It is almost as if blame is pointed at the female as a species. As women faced the general disapproval of men they had to endure a more personal form of disapproval from their husbands. Having authority was in the hands of the husband and it was important that he upheld his authority, often being quite dominating and exercising his right to beat his wife. This would be common place among spouses. Things like the woman’s nature were required to be managed, and as a mother she was required to set an example to her daughters to be the same. A wive’s daily tasks, were designed to keep her docile and obedient to men.

Wives were not always confined to the home however. It has been suggested that lower down the social scale women had more freedom in the form of working in fields and even in their husbands shops. A wife was also to be used to produce many young. A lot of the time a woman would be pregnant and it was a requirement of the wife to produce young as much as it was for the husband to do the same. Women faced the peril of childbirth in medieval society. “Pregnancies occupied close to one-half of the lives of married women under the age of forty” Women and the Family – Christiane Klapisch-Zuber (1987).

Pregnancy was required of a couple to ensure a healthy lineage. The regularity of a woman being pregnant highlights the dangers of bearing a child. Giving birth in medieval times would have been a risky procedure as techniques and medicine would have been far less advanced than they are today. The procedure would have been completely natural leading to many complications. Often a woman could die in child birth and her offspring with her. The need for many offspring came from the survival rates of those offspring. Census documents have shown that medieval households had an average of barely more than two living children” Women and the Family – Christiane Klapisch-Zuber (1987). Although the middles ages was a male dominated society and the picture painted of women doesn’t seem to be a positive one, this is not the complete picture. Medieval women often show that they were not always subject to a man’s domineering attitudes. Some women in a man’s absence had to take the reins and gain control. If a man owned a business, a bakery or a brewery perhaps and had been called away, it would be the woman’s responsibility to take over.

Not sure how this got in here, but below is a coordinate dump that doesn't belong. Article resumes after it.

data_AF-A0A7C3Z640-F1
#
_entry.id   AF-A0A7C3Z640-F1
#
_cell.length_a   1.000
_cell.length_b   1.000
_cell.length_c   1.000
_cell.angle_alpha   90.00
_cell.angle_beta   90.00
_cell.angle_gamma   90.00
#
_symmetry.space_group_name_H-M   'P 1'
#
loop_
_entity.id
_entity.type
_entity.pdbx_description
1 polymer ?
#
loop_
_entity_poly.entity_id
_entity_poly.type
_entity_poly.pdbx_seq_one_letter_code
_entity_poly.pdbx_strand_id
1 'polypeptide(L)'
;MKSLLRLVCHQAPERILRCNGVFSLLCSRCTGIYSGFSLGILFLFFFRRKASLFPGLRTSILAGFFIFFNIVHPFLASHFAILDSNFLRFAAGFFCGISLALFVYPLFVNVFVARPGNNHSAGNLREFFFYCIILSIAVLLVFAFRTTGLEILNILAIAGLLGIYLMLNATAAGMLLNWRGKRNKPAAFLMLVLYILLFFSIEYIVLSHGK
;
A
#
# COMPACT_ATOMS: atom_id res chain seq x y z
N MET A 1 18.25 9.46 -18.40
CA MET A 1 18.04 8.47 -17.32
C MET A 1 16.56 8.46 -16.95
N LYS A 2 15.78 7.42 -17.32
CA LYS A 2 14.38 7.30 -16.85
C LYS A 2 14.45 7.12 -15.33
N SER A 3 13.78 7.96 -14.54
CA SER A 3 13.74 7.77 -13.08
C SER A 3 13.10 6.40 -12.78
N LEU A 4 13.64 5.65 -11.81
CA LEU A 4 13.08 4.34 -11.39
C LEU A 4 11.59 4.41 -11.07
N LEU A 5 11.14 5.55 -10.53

Women were thrown into male roles when men were not around. For example if men were called to the Crusades,or were taken by the Black Death had caused women to take on male roles as a result of their husbands death. This gives us an insight into how women were looked at in a practical manner, not always being gentle and the picture of deference but of independence and wilfulness. As well as seeing that business ran as usual, women took part in government also, an establishment seen to be very much the dominion of men.

Richard II’s queen, Anne of Bohemia was known to take part in the decisive politics that concerned her husband the King. Some women were also considered to be intellectuals, being well read and sharing in the intellectual community of scholars etc. Women would often read to each other and often with upper class women their bed chambers would be considered as places of entertainment and learning for her and her female friends, where they would read aloud to each other(as reading to yourself was seen as being suspect and anti-social).

One intellectual woman of the time, Christan de Pisan decided to attempt to change the way men had wrote about women and in doing so a source she wrote tells us of how she quite easily out wits the words of a royal secretary who attempts to put her down. The Church paints a picture of women’s sexuality as them being “the seducers” and certainly the female would not have been passive. The source Constructing the Damsel in Distress – Terry Jones (2004) tells of the expectations of women to be sexually active and how they in turn would have the same expectations of her husband.

If a man could not live up to a woman’s expectations then it has been known for her to make this clear to everyone. Also in Terry Jones’s “The Middle Ages” he writes of a man who had this experience, Walter de Fonte. In 1292 his wife claimed he was impotent and was forced to perform infront of a bed chamber of wise older women who could then decide the truth of the accusations. It seems that the lives of medieval women do not lie on just one side of the coin.

There appears to be a kind of tug of war as regards to their historic experiences where women are seen as being male dominated which is the traditional view to revisionist historians telling us of the opposite. It is true that women worked hard and so much was expected of them and that they faced legal complications and they also faced the influence of the Church but there are enough exceptions to know that life as a medieval women could have been quite balanced. Terry Jones describes their relationship in history as a “varying dynamic”, as it is still.